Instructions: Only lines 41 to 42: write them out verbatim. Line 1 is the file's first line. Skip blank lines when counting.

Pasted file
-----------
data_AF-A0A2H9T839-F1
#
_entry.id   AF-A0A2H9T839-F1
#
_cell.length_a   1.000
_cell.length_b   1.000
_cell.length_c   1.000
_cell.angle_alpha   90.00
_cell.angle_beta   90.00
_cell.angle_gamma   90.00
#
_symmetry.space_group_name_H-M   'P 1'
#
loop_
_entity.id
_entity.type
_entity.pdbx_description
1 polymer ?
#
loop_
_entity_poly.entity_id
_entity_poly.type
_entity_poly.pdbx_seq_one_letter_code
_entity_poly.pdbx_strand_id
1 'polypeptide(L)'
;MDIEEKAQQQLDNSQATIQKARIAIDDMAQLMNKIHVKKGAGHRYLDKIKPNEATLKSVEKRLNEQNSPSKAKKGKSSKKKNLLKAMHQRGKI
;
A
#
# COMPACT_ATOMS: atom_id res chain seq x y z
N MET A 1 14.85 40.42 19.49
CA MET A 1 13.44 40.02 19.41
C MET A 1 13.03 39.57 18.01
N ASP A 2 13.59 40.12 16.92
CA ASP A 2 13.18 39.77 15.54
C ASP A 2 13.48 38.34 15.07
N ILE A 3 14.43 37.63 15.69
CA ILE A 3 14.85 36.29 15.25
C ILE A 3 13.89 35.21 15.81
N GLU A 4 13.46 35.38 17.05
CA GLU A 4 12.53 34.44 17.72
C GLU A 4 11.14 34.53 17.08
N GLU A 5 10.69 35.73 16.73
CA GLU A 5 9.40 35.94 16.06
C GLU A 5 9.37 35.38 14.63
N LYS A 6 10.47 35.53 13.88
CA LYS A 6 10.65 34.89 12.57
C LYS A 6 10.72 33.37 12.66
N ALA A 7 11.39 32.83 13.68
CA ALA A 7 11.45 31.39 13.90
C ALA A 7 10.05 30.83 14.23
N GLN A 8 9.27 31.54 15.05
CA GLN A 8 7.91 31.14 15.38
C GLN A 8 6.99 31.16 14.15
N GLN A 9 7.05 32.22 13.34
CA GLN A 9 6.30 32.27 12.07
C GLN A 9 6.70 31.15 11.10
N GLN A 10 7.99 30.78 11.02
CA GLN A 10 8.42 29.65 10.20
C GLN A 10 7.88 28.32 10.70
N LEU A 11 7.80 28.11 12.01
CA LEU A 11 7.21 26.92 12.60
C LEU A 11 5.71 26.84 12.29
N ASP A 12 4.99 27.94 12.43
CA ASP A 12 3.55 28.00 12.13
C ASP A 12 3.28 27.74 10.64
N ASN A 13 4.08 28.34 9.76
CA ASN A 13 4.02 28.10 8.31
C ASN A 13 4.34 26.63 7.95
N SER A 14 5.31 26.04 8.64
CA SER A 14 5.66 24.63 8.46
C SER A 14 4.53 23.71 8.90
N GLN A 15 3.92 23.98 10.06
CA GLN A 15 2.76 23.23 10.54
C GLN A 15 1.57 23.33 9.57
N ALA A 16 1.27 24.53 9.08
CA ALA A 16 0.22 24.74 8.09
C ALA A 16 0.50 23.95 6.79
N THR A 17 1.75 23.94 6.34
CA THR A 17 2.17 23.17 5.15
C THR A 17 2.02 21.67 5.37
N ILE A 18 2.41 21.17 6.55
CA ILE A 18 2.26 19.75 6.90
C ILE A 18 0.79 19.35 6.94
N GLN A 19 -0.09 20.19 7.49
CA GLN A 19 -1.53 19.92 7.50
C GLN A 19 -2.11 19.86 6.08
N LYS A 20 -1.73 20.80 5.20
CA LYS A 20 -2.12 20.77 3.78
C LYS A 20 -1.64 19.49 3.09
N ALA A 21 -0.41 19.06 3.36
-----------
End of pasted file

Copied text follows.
CA GLU A 4 12.53 34.44 17.72
C GLU A 4 11.14 34.53 17.08